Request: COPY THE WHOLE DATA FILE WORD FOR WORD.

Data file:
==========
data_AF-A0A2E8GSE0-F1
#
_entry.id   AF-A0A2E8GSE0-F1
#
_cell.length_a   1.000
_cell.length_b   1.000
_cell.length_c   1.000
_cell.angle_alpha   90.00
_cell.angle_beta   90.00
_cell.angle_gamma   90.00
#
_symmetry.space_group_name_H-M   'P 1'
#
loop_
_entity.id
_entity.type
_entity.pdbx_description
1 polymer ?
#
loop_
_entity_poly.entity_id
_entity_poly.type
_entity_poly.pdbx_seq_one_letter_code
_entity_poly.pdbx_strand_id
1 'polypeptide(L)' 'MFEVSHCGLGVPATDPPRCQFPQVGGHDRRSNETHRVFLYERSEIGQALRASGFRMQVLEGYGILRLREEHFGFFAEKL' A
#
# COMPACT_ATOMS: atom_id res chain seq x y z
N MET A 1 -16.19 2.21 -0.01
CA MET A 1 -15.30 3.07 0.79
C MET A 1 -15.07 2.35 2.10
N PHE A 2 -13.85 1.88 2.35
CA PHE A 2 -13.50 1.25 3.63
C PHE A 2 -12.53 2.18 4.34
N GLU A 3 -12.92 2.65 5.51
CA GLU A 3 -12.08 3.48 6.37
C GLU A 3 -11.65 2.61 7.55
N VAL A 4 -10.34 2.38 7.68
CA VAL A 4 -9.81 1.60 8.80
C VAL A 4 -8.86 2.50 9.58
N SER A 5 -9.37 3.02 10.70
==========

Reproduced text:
data_AF-A0A2E8GSE0-F1
#
_entry.id   AF-A0A2E8GSE0-F1
#
_cell.length_a   1.000
_cell.length_b   1.000
_cell.length_c   1.000
_cell.angle_alpha   90.00
_cell.angle_beta   90.00
_cell.angle_gamma   90.00
#
_symmetry.space_group_name_H-M   'P 1'
#
loop_
_entity.id
_entity.type
_entity.pdbx_description
1 polymer ?
#
loop_
_entity_poly.entity_id
_entity_poly.type
_entity_poly.pdbx_seq_one_letter_code
_entity_poly.pdbx_strand_id
1 'polypeptide(L)' 'MFEVSHCGLGVPATDPPRCQFPQVGGHDRRSNETHRVFLYERSEIGQALRASGFRMQVLEGYGILRLREEHFGFFAEKL' A
#
# COMPACT_ATOMS: atom_id res chain seq x y z
N MET A 1 -16.19 2.21 -0.01
CA MET A 1 -15.30 3.07 0.79
C MET A 1 -15.07 2.35 2.10
N PHE A 2 -13.85 1.88 2.35
CA PHE A 2 -13.50 1.25 3.63
C PHE A 2 -12.53 2.18 4.34
N GLU A 3 -12.92 2.65 5.51
CA GLU A 3 -12.08 3.48 6.37
C GLU A 3 -11.65 2.61 7.55
N VAL A 4 -10.34 2.38 7.68
CA VAL A 4 -9.81 1.60 8.80
C VAL A 4 -8.86 2.50 9.58
N SER A 5 -9.37 3.02 10.70